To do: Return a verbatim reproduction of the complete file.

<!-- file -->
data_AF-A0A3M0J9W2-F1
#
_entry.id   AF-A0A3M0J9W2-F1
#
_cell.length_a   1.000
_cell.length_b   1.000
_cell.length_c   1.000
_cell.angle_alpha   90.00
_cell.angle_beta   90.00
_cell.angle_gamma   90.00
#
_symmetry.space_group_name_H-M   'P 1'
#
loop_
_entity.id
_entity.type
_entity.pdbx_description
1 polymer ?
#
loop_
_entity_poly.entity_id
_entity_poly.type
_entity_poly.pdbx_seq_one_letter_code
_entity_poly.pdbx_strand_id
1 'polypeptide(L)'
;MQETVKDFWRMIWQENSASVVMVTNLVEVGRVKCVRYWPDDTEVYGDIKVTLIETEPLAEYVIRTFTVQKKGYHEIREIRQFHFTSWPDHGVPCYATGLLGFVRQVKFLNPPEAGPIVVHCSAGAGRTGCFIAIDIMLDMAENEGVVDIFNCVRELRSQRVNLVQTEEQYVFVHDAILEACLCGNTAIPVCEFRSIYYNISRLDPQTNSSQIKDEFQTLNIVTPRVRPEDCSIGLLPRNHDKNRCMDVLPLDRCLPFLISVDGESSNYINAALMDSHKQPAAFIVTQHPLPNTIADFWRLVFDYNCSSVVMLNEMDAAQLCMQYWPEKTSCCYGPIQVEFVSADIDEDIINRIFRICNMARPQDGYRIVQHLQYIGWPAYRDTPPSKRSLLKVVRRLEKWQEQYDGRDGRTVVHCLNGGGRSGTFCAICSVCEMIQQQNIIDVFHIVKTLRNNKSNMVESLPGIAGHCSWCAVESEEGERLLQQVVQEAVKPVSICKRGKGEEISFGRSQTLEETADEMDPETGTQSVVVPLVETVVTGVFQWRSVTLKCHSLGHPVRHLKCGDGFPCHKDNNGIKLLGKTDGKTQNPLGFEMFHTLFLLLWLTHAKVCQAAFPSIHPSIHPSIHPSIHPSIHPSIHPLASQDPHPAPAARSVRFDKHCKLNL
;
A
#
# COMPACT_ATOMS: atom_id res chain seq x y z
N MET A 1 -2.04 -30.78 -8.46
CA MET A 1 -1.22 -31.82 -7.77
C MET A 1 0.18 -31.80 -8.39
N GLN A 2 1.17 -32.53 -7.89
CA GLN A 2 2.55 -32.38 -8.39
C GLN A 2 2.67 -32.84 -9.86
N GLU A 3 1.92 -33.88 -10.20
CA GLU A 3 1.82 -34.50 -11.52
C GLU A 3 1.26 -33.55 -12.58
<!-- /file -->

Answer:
data_AF-A0A3M0J9W2-F1
#
_entry.id   AF-A0A3M0J9W2-F1
#
_cell.length_a   1.000
_cell.length_b   1.000
_cell.length_c   1.000
_cell.angle_alpha   90.00
_cell.angle_beta   90.00
_cell.angle_gamma   90.00
#
_symmetry.space_group_name_H-M   'P 1'
#
loop_
_entity.id
_entity.type
_entity.pdbx_description
1 polymer ?
#
loop_
_entity_poly.entity_id
_entity_poly.type
_entity_poly.pdbx_seq_one_letter_code
_entity_poly.pdbx_strand_id
1 'polypeptide(L)'
;MQETVKDFWRMIWQENSASVVMVTNLVEVGRVKCVRYWPDDTEVYGDIKVTLIETEPLAEYVIRTFTVQKKGYHEIREIRQFHFTSWPDHGVPCYATGLLGFVRQVKFLNPPEAGPIVVHCSAGAGRTGCFIAIDIMLDMAENEGVVDIFNCVRELRSQRVNLVQTEEQYVFVHDAILEACLCGNTAIPVCEFRSIYYNISRLDPQTNSSQIKDEFQTLNIVTPRVRPEDCSIGLLPRNHDKNRCMDVLPLDRCLPFLISVDGESSNYINAALMDSHKQPAAFIVTQHPLPNTIADFWRLVFDYNCSSVVMLNEMDAAQLCMQYWPEKTSCCYGPIQVEFVSADIDEDIINRIFRICNMARPQDGYRIVQHLQYIGWPAYRDTPPSKRSLLKVVRRLEKWQEQYDGRDGRTVVHCLNGGGRSGTFCAICSVCEMIQQQNIIDVFHIVKTLRNNKSNMVESLPGIAGHCSWCAVESEEGERLLQQVVQEAVKPVSICKRGKGEEISFGRSQTLEETADEMDPETGTQSVVVPLVETVVTGVFQWRSVTLKCHSLGHPVRHLKCGDGFPCHKDNNGIKLLGKTDGKTQNPLGFEMFHTLFLLLWLTHAKVCQAAFPSIHPSIHPSIHPSIHPSIHPSIHPLASQDPHPAPAARSVRFDKHCKLNL
;
A
#
# COMPACT_ATOMS: atom_id res chain seq x y z
N MET A 1 -2.04 -30.78 -8.46
CA MET A 1 -1.22 -31.82 -7.77
C MET A 1 0.18 -31.80 -8.39
N GLN A 2 1.17 -32.53 -7.89
CA GLN A 2 2.55 -32.38 -8.39
C GLN A 2 2.67 -32.84 -9.86
N GLU A 3 1.92 -33.88 -10.20
CA GLU A 3 1.82 -34.50 -11.52
C GLU A 3 1.26 -33.55 -12.58